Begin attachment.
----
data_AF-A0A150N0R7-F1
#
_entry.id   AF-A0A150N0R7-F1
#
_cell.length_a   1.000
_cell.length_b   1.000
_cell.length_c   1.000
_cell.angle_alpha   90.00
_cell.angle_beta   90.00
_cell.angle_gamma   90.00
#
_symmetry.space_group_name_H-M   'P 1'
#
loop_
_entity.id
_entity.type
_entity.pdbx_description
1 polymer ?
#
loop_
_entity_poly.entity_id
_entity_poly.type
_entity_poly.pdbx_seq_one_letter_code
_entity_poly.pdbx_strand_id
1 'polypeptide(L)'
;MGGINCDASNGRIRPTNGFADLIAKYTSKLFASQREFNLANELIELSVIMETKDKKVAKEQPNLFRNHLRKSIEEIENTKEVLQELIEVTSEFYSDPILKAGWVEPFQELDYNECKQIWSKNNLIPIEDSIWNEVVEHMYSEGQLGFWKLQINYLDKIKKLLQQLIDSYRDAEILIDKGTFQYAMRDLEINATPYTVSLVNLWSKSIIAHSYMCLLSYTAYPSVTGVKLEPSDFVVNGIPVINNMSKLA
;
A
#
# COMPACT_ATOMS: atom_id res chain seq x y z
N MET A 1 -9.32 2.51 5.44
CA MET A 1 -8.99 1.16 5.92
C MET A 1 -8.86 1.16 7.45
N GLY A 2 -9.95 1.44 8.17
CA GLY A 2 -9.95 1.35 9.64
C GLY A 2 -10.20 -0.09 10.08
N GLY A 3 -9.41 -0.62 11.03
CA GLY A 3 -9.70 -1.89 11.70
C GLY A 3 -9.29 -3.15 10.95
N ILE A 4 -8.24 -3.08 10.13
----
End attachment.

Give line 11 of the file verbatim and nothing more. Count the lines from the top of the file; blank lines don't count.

#